Ian

  3. #23
    Mainecoonmaniac's Avatar
    Join Date
    Dec 2009
    Shooter
    Multi Format
    Posts
    2,909
    Images
    6
    Just to be fair to the photo lab, are lab required by law to report naked kid photos to authorities?
    "Photography, like surfing, is an infinite process, a constantly evolving exploration of life."
    Aaron Chang

  4. #24

    Join Date
    Sep 2010
    Location
    Midlands, UK
    Shooter
    Medium Format
    Posts
    918
    Quote Originally Posted by pdeeh View Post
    However, if inconvenience and unpleasantness for someone like the OP is all that has to be suffered, that's fine by me. It proves that people have had their eyes opened.
    It proves that we are living in a world in which a fear of the unknown dictates our every move. The photograph was destroyed for fear of what might happen. Yes, our eyes have been opened a great deal since 9/11 and the result is that we want to predict every one in a million threat to our comfortable lives, but we can't.

    At the top of the food chain, with as much material comfort and convenience as our species will ever have, I think we have to make up threats in order that we don't just fall asleep. I think pedophilia has only increased in proportion with the population.
    'Cows are very fond of being photographed, and, unlike architecture, don't move.' - Oscar Wilde

  5. #25

    Join Date
    Jun 2003
    Shooter
    Multi Format
    Posts
    15,943
    Quote Originally Posted by photopriscilla View Post
    I have to say that this is quite alarming! I can only share that when our daughter needed her passport at age 1 we took a picture of her. It was a charming and natural shot. We live in Florida and it is very hot so she didn't have a shirt on in the photo. Since it was only of her head and shoulders we didn't think anything of it! Needless to say we had to submit a photobooth picture in the end, in which she looks miserable.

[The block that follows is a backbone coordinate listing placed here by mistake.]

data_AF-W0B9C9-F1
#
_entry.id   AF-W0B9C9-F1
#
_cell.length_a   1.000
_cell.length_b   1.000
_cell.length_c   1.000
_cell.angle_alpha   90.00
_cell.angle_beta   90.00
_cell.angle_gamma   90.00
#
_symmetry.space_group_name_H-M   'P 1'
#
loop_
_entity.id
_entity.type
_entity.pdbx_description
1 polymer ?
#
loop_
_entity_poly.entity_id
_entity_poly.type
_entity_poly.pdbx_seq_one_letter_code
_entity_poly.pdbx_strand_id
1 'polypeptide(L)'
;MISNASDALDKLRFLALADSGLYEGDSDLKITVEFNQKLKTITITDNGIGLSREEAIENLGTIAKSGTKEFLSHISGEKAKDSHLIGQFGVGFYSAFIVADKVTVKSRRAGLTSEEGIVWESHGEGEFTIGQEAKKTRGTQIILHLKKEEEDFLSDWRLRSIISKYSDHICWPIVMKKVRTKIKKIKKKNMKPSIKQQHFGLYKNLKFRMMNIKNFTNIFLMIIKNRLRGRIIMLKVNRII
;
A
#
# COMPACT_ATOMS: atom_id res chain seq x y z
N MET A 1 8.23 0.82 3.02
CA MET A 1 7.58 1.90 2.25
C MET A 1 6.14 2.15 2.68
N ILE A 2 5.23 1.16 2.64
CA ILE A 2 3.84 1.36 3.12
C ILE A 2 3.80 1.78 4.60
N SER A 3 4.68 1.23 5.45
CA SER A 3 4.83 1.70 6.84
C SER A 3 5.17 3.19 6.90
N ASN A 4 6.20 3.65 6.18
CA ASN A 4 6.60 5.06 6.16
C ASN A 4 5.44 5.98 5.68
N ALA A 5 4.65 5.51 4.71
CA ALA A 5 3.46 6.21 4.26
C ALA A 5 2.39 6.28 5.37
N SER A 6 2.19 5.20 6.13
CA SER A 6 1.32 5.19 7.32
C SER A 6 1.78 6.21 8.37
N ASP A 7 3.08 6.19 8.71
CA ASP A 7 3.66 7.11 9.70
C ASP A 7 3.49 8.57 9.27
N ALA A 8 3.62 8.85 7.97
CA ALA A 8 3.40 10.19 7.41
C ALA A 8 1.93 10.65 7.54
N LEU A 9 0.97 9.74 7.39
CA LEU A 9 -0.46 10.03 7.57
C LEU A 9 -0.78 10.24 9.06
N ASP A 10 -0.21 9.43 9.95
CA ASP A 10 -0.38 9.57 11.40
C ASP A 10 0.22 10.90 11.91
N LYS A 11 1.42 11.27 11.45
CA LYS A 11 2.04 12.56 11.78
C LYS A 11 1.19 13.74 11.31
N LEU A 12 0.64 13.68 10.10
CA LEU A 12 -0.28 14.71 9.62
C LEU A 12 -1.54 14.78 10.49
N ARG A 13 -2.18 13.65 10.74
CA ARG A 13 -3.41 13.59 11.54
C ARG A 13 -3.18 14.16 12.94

It makes me wonder what photos we have of our kids that could be perceived in an unfavorable light!

    So sorry to hear your story!

    Best,

    Priscilla
    hi priscilla

    sorry to hear your troubles
    but unfortunately the passport office
    has specific rules for passport photographs.
    i don't think your image was rejected because it was a topless photograph,
    but because the head was too small ...
    the head has to be a certain size in the image
    no glasses, &c.
    i used to take them once in a while at a portrait studio ( portrait mill )
    and there was a drawing inside the eyepiece that showed where the head
    was supposed to be ..
    for a RA / green card it is even more strict, specific profile ears uncovered and prominently
    displayed in the small 1x1" image ...

    bon voyage !
    john
    ask me how ..

  6. #26

    Join Date
    May 2012
    Location
    Los Angeles, CA